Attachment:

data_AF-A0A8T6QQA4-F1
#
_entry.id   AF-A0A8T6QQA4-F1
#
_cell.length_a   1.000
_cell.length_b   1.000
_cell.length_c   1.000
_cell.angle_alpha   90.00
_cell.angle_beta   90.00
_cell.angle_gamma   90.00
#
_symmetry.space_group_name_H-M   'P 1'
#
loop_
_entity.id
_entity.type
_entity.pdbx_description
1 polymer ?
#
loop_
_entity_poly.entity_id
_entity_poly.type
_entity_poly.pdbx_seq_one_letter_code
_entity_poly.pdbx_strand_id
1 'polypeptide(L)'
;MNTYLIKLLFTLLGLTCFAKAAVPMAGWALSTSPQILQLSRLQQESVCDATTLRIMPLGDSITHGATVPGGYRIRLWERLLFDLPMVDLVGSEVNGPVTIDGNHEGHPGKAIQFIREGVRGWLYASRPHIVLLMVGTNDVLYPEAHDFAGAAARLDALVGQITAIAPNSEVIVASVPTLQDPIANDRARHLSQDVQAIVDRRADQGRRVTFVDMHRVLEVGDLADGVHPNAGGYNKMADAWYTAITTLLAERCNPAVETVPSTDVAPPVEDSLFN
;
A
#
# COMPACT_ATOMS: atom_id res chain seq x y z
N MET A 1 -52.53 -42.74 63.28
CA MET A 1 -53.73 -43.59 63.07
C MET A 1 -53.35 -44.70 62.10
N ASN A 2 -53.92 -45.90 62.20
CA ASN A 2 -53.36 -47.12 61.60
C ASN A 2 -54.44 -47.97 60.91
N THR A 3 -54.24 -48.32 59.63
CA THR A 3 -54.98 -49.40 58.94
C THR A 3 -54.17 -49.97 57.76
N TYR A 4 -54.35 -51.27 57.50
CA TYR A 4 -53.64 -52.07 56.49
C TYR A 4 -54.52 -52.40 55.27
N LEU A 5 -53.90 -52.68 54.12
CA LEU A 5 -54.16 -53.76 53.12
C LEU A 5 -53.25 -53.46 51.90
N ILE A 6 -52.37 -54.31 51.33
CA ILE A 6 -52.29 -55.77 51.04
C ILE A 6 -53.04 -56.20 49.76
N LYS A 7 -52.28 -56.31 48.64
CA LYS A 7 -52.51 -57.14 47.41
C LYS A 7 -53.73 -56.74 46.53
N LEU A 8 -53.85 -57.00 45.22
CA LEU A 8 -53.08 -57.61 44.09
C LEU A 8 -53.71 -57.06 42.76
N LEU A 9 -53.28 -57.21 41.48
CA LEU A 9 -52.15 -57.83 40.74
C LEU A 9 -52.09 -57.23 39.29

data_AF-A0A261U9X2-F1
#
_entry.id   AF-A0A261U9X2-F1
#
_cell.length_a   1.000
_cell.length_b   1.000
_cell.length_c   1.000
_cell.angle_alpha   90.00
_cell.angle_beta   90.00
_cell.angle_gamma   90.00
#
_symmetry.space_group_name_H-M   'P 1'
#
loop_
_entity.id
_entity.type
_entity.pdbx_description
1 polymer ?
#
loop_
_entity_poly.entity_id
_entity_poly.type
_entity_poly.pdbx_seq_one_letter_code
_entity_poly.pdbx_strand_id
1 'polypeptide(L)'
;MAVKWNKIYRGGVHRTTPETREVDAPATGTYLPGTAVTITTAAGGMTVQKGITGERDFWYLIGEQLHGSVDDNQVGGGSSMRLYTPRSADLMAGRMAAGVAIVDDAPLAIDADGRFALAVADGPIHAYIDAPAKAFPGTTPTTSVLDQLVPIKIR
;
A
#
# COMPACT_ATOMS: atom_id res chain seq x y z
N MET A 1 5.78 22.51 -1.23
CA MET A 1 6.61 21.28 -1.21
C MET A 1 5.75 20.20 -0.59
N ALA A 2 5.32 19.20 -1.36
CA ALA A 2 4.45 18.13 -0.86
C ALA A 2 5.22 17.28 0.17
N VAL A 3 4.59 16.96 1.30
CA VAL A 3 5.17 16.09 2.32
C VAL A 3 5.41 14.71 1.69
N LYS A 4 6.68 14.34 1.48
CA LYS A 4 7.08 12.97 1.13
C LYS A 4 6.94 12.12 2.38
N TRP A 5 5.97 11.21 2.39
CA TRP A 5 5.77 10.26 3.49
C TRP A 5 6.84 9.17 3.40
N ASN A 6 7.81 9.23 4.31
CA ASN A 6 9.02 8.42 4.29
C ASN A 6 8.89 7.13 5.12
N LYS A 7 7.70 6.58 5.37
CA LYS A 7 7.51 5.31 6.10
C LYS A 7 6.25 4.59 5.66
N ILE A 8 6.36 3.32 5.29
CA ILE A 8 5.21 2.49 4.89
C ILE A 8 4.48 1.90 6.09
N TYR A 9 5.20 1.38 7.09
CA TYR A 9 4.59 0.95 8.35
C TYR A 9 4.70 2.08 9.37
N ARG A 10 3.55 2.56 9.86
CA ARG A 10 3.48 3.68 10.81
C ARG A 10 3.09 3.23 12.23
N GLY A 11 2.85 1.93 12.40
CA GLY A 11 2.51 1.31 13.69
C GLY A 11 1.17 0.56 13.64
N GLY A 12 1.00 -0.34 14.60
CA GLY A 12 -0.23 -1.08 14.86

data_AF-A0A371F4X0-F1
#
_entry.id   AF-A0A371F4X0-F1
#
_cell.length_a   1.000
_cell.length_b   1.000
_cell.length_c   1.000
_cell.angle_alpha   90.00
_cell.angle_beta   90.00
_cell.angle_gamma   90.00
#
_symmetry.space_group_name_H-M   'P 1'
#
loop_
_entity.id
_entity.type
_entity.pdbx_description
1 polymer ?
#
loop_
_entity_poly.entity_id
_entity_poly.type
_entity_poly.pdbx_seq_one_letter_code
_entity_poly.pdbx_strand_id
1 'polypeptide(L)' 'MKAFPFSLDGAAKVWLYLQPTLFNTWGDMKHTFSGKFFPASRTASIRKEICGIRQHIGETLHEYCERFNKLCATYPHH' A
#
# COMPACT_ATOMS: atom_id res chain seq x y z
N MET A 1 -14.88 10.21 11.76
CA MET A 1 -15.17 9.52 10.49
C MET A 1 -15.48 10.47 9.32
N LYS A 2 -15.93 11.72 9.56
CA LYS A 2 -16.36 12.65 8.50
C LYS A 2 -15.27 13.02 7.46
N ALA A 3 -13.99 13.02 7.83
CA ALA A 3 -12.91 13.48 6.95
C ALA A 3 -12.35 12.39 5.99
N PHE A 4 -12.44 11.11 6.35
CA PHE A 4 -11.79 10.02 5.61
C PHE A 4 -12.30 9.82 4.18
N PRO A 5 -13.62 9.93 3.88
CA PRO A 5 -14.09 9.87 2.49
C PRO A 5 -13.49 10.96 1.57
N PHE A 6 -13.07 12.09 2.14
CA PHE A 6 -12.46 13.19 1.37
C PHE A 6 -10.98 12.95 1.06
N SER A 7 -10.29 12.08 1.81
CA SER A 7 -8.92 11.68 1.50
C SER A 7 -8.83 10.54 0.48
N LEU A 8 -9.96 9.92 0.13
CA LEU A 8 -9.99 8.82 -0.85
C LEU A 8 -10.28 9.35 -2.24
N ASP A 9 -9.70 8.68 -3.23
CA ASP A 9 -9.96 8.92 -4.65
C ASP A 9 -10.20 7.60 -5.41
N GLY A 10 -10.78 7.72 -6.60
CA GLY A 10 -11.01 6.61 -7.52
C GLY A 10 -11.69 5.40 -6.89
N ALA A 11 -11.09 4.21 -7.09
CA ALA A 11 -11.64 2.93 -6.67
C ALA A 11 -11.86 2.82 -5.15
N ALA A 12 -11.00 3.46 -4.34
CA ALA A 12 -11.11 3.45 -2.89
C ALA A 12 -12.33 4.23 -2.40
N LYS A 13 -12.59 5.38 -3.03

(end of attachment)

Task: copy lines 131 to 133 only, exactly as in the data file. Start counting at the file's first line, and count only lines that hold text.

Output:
_cell.angle_beta   90.00
_cell.angle_gamma   90.00
#